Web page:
icon icon icon icon icon icon icon

Winter and war at Ukraine's edge

The theater in Ukrainian House in Przemyśl where refugees now sleep. Photo by Raegan Hodge

The theater in Ukrainian House in Przemyśl where refugees now sleep. Photo by Raegan Hodge

As the attacks on Ukraine’s energy infrastructure continue and winter approaches, Ukrainian refugees are crossing the Polish border once again. CARE-supported accommodation centers remain full, while other centers have closed down, forcing some refugees to have to sleep on frigid train platforms without knowing what will happen next.

At the beginning of the war, hundreds of thousands of Ukrainian refugees came through the train station in Przemyśl, a small historic city near the Ukrainian border. Ukrainian House, a cultural center in the center of town, quickly responded, turning their facility into a temporary accommodation center by rolling bunks into their theater, constructing new bathrooms, and converting their meetings rooms into an impromptu Ukrainian consulate.

“Two or three months ago from 200 to 300 people would come to Przemyśl on a train,” says Igor Horków, the Chairman of Ukrainian House. “Now, there are from five to six hundred people coming on one train, and there are several trains coming from Kyiv, Odessa, and Zaporizhya every day.”

A temporary playroom set up at Ukrainian House. Photo from CARE Ukraine.

“Two or three months ago, the accommodation center was full after the trains for the day arrived, by 8 or 9 pm.” Igor explains. “Now the center is completely full by noon. After the first train, it is full.

“In the last few days there were from 100 to 200 people sleeping at the train station either waiting for the next train or waiting till the place in accommodation center is free.”

Katarzyna Komar-Macyńska, or Kasia, the manager at Ukrainian House recalls the first days of the war: “The train was supposed to have several hundred of passengers but instead had thousands. We had trains from Kyiv and Odessa; a trip that usually it took 6 or so hours, sometimes took 20-30 hours. Those were absolutely not humane conditions, people weren’t able to use toilet during their journey. They were traveling in complete darkness because of the fear of shelling.”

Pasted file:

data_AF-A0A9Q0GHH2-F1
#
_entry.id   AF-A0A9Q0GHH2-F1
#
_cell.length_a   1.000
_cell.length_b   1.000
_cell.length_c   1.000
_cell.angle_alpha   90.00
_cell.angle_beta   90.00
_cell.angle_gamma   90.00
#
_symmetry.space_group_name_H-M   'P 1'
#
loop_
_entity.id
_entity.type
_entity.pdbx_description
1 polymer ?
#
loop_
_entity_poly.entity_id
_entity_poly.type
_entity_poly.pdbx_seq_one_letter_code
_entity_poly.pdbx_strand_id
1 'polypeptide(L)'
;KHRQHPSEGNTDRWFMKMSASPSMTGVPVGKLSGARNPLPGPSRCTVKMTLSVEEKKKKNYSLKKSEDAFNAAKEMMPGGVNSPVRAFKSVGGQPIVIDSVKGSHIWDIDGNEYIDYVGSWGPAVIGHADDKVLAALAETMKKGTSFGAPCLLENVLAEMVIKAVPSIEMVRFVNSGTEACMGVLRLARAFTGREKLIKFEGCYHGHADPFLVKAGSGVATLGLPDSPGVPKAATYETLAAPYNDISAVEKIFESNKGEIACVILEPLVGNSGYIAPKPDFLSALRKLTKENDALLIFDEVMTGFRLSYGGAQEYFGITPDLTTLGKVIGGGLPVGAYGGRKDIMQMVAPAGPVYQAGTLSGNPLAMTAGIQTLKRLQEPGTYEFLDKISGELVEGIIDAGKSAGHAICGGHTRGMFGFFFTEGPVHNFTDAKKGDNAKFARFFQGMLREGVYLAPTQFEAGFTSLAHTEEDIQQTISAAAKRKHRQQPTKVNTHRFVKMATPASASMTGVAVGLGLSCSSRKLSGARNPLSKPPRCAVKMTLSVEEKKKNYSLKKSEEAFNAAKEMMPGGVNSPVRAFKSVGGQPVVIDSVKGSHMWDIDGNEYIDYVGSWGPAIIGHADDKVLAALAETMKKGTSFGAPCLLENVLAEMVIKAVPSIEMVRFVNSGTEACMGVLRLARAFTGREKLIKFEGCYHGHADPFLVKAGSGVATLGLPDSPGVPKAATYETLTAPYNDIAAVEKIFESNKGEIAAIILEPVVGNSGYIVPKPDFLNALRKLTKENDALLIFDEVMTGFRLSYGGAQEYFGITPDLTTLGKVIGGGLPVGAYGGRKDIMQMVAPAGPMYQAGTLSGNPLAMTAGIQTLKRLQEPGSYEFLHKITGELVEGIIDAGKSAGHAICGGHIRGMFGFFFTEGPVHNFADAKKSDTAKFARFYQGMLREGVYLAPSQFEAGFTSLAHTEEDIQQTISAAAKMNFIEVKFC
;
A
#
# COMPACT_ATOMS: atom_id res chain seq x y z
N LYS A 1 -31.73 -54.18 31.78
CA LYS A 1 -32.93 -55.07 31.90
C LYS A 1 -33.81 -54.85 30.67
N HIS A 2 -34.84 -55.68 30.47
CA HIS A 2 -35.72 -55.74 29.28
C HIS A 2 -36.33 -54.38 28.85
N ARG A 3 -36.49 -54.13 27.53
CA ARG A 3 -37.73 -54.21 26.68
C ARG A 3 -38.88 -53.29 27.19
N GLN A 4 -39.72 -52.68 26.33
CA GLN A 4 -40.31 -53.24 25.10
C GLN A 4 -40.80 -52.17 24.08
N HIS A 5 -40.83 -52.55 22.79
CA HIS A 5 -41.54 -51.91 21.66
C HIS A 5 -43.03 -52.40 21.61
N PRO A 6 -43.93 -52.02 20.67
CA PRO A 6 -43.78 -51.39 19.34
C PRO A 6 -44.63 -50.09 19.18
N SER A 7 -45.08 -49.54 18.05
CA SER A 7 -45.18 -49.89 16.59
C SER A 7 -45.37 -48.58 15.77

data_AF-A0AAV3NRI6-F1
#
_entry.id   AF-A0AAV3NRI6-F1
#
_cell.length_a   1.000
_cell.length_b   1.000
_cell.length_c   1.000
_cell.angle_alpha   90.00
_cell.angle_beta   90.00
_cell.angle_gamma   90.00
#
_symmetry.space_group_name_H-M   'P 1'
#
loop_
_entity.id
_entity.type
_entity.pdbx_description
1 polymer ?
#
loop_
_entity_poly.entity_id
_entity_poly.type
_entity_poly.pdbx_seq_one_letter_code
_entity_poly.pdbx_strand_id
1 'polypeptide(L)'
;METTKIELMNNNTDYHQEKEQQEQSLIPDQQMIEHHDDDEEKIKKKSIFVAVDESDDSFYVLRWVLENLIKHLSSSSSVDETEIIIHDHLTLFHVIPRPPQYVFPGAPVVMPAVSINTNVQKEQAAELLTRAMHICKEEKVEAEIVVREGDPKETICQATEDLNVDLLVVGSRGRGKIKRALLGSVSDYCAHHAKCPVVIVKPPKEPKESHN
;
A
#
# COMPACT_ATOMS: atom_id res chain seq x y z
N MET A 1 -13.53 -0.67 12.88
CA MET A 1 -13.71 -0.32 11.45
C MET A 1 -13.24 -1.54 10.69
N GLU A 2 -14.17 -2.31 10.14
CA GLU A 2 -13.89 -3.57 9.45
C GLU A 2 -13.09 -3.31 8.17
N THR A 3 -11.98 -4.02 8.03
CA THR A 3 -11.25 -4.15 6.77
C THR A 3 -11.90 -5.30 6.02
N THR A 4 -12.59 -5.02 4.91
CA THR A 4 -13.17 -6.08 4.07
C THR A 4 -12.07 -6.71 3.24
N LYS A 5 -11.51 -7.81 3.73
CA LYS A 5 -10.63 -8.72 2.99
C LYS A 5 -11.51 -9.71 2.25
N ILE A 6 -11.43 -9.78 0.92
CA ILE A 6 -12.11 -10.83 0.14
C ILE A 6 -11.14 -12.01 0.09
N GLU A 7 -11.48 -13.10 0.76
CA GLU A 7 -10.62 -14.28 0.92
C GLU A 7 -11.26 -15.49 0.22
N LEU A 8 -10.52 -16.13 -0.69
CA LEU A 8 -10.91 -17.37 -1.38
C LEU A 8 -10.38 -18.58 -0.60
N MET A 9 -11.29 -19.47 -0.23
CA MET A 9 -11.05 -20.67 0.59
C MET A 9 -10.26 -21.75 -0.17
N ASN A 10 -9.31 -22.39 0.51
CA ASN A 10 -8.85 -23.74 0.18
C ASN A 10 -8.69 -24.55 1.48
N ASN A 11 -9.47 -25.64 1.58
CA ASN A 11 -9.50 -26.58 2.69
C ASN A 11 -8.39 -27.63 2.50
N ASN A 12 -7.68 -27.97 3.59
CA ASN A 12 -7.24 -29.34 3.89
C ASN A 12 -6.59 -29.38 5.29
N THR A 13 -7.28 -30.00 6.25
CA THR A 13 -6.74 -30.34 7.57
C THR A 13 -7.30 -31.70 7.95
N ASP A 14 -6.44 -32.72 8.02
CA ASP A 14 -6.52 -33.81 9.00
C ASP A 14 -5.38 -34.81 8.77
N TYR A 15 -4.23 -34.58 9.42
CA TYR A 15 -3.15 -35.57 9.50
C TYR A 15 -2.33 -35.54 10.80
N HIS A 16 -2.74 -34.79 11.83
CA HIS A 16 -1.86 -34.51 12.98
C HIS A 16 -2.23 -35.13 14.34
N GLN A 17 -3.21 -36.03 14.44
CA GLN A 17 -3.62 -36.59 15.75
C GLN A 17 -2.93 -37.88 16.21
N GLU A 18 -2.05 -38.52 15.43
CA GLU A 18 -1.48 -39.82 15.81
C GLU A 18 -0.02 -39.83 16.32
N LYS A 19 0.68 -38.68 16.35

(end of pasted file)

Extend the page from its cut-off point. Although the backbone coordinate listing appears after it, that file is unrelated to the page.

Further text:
Kasia, the staff and volunteers, mostly Ukrainian themselves, have been working since the war began to help refugees with problems ranging from severe illness to immigration, housing and employment issues. Together with CARE and Polish Humanitarian Action, Ukrainian House provides multipurpose financial assistance in the form of cash cards for refugees. They also provide meals, transportation and housing assistance, psychosocial assistance, language courses and other services.

Ukrainian refugees at the Przemyśl train station in Poland. Photo courtesy of Ukrainian House

To date, over 7.5 million refugees have crossed the border into Poland, with 1.4 million registered for protection in Poland, the most of any nation in Europe. The team at Ukrainian House often assisted refugees to find longer-term accommodation options in Poland, or elsewhere.

As the weather gets colder, Kasia is becoming more and more anxious.

“We realize that we are seeing a second wave of refugees coming,” she says. “And we have fears that when Ukraine has a lack of gas and lack of heating and it starts getting colder. And prices on food products are going up. There will be a lack of food if we have new big wave of refugees.”

Kasia, Igor, and the rest of the team are faced with difficult new problems daily, but still remain resilient and focused. CARE is continuing to help Ukrainian House prepare for the Ukrainians who are being forced to leave their homes behind this winter and arrive in Przemyśl.

Refugees at Ukrainian House in Przemyśl, Poland. Photo: Raegan Hodge/CARE
Back to Top